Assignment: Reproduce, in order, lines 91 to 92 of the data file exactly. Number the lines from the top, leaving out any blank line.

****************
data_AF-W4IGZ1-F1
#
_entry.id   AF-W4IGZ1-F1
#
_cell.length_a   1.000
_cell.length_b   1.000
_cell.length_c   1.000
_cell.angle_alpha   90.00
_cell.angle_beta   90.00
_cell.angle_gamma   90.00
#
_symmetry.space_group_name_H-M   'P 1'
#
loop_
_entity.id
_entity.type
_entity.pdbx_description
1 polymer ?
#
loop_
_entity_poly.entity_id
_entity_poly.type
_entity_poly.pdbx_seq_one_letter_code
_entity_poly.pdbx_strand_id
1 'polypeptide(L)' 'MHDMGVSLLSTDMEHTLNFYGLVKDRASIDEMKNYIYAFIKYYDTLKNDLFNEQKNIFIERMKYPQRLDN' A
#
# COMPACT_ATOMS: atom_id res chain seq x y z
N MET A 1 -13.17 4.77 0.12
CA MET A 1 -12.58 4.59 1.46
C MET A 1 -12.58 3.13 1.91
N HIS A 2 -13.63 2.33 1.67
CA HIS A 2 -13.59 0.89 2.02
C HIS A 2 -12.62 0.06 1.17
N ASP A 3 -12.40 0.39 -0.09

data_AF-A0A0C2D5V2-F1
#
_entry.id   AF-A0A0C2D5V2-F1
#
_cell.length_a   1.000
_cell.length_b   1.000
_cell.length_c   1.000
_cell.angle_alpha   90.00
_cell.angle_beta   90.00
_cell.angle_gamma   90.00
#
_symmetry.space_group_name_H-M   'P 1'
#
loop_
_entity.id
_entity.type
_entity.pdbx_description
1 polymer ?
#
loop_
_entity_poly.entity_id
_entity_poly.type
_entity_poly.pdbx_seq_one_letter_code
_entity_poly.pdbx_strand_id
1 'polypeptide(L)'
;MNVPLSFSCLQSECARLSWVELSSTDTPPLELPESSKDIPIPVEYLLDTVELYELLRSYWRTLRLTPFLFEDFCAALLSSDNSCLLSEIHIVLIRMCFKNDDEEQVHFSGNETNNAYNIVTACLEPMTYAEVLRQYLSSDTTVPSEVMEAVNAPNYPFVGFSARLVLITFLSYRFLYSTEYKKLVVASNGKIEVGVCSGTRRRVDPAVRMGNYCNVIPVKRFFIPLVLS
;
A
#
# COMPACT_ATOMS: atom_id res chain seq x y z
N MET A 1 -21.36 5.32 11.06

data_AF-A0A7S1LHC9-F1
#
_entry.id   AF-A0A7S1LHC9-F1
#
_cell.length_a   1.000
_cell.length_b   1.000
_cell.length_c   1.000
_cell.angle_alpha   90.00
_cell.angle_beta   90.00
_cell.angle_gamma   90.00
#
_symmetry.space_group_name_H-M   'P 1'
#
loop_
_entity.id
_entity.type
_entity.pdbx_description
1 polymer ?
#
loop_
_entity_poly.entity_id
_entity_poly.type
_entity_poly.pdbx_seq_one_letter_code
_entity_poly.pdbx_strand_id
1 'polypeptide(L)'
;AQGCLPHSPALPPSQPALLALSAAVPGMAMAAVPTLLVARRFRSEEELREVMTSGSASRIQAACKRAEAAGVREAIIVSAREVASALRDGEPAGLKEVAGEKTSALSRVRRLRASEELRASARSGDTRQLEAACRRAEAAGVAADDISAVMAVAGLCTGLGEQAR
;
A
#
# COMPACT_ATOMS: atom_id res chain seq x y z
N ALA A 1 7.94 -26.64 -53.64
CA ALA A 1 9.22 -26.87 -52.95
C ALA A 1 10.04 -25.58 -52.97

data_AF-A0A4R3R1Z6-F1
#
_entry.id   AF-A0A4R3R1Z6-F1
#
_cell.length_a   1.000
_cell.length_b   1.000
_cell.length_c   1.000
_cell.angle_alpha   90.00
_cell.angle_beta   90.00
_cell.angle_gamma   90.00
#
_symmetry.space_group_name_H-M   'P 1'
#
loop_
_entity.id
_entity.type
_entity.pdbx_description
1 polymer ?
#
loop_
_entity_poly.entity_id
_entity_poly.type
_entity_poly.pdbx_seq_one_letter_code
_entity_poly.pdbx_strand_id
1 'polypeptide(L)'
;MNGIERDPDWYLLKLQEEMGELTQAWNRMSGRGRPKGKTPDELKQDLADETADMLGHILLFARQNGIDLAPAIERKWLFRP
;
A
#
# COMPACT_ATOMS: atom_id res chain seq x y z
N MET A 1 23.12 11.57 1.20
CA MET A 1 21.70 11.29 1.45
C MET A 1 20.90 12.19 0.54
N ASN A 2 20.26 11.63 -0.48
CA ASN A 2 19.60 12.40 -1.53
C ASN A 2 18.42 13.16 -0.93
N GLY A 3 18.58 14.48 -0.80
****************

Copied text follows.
;AQGCLPHSPALPPSQPALLALSAAVPGMAMAAVPTLLVARRFRSEEELREVMTSGSASRIQAACKRAEAAGVREAIIVSAREVASALRDGEPAGLKEVAGEKTSALSRVRRLRASEELRASARSGDTRQLEAACRRAEAAGVAADDISAVMAVAGLCTGLGEQAR
;